Turkey Hunting: A Different Kind Of Wonderful

click to view more photos

The state of Florida is certainly a “different” place.  Just as the Lone Star state of Texas proclaims to be a country unto itself, Florida is a state whose cultural and geographic characteristics give it a separate identity.  What other state has pristine beaches, swamps, alligators by the millions, world famous theme parks, and its own subspecies of wild turkey?  Yes, the state of Florida truly is different, and the mysterious Osceola turkey is a principal reason, at least among passionate turkey hunters.

If you were to poll every turkey hunter in the country and ask them what hunt they would like to go on before “kicking the bucket,” hunting Osceolas amidst the palmettos and live oak groves of the Sunshine State would rank towards the top.  Because the Osceola is only found in peninsular Florida, it is essentially land-locked, and its slowly evaporating home range is creating a sense of urgency with out of state hunters needing the swamp demon in order to fill their grand slam.  With the Osceola inhabiting a unique and different part of the world, it has almost a mystique about it, one in which champion caller Scott Ellis of Mulberry, Florida knows all too well.

“Hunting the Osceola is both a blessing and a curse,” admits Ellis, who has hunted the prized bird for over 25 years.  “Even though they are beautiful birds, and are hunted in a cool part of the country, they are also very difficult birds to harvest, partly because they are less vocal than other subspecies.  They are notorious for gobbling a few times on the roost then going silent on the ground.  When turkeys gobble sparingly, it makes it tough to pinpoint them and setup properly.”

Ellis believes that the longer spring breeding season forces turkeys to break up more efficiently, leaving more solo gobblers with a harem of hens.  “When you have solo gobblers that have five, six, or more hens all to themselves, they do not need to gobble as much.  This is a very frustrating part of hunting the Osceola, but one you simply have to accept as a part of the deal.”

Ellis, an incredible caller who has amassed over 20 Florida state calling titles and is consistently in the running for the Grand National calling championship, feels being proficient with the full range of the turkeys’ vocabulary has helped him when hunting the Osceola.  “Whether you are hunting private or public land Osceolas, it is important to sound like real hens and not your run-of-the-mill caller.  I try not to overcall, as the Osceola is somewhat of a shy bird and typically will not respond to overcalling.  When I begin my calling sequence, I am simply trying to get his attention, and will adjust my calling sequences accordingly if more excitement is needed .”

“Because the terrain can be segmented by thick palmettos or pockets of water, I try to get as close to the gobbler as possible before ever making a sound,” says Ellis.  “I will use a locator call to keep tabs on his position.  I feel the closer you can set up to a gobbling Osceola before making a sound, the more likely it is that he will make a quick look for the sexy hen is hearing.  In this case, it is game over!”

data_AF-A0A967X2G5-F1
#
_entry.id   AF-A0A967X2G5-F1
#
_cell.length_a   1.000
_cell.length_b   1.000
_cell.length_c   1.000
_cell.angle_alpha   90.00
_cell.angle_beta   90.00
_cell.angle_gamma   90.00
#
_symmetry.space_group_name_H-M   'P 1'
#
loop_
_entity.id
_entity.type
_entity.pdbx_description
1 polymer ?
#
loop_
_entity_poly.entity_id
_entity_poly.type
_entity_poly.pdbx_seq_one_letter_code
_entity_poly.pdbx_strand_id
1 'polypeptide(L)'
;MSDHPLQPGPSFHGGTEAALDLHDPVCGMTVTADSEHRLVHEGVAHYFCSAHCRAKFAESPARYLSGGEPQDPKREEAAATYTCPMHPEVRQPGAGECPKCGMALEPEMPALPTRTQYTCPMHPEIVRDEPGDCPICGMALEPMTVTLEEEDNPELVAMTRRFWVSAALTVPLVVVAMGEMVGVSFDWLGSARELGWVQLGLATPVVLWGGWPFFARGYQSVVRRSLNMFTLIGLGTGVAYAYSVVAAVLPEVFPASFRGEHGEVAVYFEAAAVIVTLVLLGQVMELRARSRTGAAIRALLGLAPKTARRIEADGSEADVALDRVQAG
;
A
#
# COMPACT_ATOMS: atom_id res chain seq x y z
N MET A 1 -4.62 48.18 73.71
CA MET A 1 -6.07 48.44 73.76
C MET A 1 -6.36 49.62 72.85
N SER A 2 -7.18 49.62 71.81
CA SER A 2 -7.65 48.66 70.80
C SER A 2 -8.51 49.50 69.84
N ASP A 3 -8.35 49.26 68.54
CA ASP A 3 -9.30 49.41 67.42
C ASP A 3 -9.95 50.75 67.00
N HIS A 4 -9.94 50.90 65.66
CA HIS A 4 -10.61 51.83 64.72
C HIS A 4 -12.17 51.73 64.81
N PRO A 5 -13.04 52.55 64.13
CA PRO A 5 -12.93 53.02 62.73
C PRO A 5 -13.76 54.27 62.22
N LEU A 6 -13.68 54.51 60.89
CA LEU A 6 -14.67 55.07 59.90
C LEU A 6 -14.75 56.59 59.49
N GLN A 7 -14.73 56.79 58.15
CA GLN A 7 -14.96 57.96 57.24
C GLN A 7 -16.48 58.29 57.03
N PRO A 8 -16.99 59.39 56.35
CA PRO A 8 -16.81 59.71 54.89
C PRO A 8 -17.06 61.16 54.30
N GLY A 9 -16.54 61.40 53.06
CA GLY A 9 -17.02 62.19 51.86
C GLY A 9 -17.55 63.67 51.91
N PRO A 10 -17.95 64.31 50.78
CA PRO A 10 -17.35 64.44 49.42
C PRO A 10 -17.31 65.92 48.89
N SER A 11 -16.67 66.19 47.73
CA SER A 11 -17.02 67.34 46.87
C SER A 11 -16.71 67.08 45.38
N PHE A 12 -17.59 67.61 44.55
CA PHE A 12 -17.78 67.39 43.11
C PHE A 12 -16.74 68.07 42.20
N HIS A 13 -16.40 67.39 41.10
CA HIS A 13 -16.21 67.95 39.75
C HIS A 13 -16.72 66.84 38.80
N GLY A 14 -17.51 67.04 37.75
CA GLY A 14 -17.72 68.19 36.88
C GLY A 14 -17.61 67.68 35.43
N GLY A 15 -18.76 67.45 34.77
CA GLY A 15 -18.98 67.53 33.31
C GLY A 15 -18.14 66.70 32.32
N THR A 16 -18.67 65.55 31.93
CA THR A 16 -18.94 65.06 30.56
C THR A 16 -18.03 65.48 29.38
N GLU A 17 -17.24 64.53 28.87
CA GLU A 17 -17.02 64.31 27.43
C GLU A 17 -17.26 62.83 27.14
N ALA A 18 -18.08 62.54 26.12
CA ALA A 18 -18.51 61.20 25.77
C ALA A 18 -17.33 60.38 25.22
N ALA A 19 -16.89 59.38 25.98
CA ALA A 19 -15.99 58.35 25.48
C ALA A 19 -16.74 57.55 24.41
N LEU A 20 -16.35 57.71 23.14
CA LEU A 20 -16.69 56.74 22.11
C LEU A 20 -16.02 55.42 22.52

One hunt that took place in the 2007 season on a tract of public land in central Florida defined Ellis’ belief in getting close.  “I got a tip that a certain bird on this tract of land was a tough customer, and had given everyone that had hunted him fits,” recalls Ellis.  “So my filming partner, John Applewhite, and I decided that we would accept the challenge and go after ‘Mr. Tough.’  It was the last weekend of the season, and we did not know the lay of land, so we had to adjust on the fly.  We set up on him from afar, due in part to the open terrain, and while he gobbled at our calls, he would not move any closer.”

“We decided to get tight with him, and used a crow call and terrain to get within 75 yards of him before setting up.  I began by yelping softly and clucking and purring.  After about fifteen minutes of two or three ‘hens’ feeding in his living room, he decided to close the gap to check out the new ladies.  When he got to thirty yards, a load of number 6’s ended the suspense and gave us a win over a tough public land Osceola,” smiled Ellis.

“If you get the opportunity to come to Florida to hunt the Osceola, do it,” said Ellis.  “Hunting the Osceola is a tremendous challenge for all hunters, and takes place in a beautiful setting.  Just remember that they are slightly different customers than other subspecies, and you have to adjust your game accordingly to be successful.”

Scott Ellis is a champion caller, hunter, and freelance outdoor writer from Mulberry, Florida.  He serves on the pro-staff for Woodhaven Custom Calls, Ol’ Tom, TruGlo, and ThermaCell.  He has recently produced an instructional DVD, "Mouth Call Magic," designed to help turkey hunters master the mouth diaphragm.  For more information on Scott, or to order a copy of "Mouth Call Magic," visit his website:  http://www.scottellis-eliteturkeyhuntingandcalling.com!

Author:
Wild Turkey Report Staff
Wild Turkey Report is the internet's new destination for information on the sport of turkey hunting. Follow them on Facebook at www.facebook.com/wildturkeyreport and on Twitter @wildturkeyreprt!
Related Articles
January 22, 2012, 12:00 PM
April 3, 2012, 2:00 PM
February 3, 2012, 7:00 AM